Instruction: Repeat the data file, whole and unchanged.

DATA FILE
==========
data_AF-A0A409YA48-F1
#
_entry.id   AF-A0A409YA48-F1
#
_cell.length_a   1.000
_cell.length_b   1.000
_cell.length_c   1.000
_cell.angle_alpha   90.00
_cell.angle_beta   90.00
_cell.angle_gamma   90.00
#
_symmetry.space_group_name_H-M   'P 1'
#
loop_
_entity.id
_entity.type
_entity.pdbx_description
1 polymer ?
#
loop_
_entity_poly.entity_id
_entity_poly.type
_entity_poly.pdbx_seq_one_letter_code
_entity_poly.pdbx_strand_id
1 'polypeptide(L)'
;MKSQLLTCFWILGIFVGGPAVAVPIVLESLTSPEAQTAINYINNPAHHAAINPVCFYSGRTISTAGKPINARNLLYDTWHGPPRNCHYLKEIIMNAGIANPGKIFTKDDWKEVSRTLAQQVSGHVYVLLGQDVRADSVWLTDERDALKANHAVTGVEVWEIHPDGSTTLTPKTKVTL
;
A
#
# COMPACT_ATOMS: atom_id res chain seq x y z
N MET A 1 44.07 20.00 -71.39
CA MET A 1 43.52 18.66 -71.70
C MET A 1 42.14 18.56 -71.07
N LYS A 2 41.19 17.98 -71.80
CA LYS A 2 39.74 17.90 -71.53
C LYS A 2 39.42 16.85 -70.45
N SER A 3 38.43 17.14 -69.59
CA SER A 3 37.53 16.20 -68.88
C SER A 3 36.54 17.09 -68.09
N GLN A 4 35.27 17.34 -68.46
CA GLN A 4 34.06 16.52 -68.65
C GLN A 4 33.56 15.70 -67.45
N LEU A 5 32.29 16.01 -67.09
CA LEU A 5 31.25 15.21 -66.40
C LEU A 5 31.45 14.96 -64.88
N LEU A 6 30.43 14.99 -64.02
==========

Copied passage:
data_AF-A0A409YA48-F1
#
_entry.id   AF-A0A409YA48-F1
#
_cell.length_a   1.000
_cell.length_b   1.000
_cell.length_c   1.000
_cell.angle_alpha   90.00
_cell.angle_beta   90.00
_cell.angle_gamma   90.00
#
_symmetry.space_group_name_H-M   'P 1'
#
loop_
_entity.id
_entity.type
_entity.pdbx_description
1 polymer ?
#
loop_
_entity_poly.entity_id
_entity_poly.type
_entity_poly.pdbx_seq_one_letter_code
_entity_poly.pdbx_strand_id
1 'polypeptide(L)'
;MKSQLLTCFWILGIFVGGPAVAVPIVLESLTSPEAQTAINYINNPAHHAAINPVCFYSGRTISTAGKPINARNLLYDTWHGPPRNCHYLKEIIMNAGIANPGKIFTKDDWKEVSRTLAQQVSGHVYVLLGQDVRADSVWLTDERDALKANHAVTGVEVWEIHPDGSTTLTPKTKVTL
;
A
#
# COMPACT_ATOMS: atom_id res chain seq x y z
N MET A 1 44.07 20.00 -71.39
CA MET A 1 43.52 18.66 -71.70
C MET A 1 42.14 18.56 -71.07
N LYS A 2 41.19 17.98 -71.80
CA LYS A 2 39.74 17.90 -71.53
C LYS A 2 39.42 16.85 -70.45
N SER A 3 38.43 17.14 -69.59
CA SER A 3 37.53 16.20 -68.88
C SER A 3 36.54 17.09 -68.09
N GLN A 4 35.27 17.34 -68.46
CA GLN A 4 34.06 16.52 -68.65
C GLN A 4 33.56 15.70 -67.45
N LEU A 5 32.29 16.01 -67.09
CA LEU A 5 31.25 15.21 -66.40
C LEU A 5 31.45 14.96 -64.88
N LEU A 6 30.43 14.99 -64.02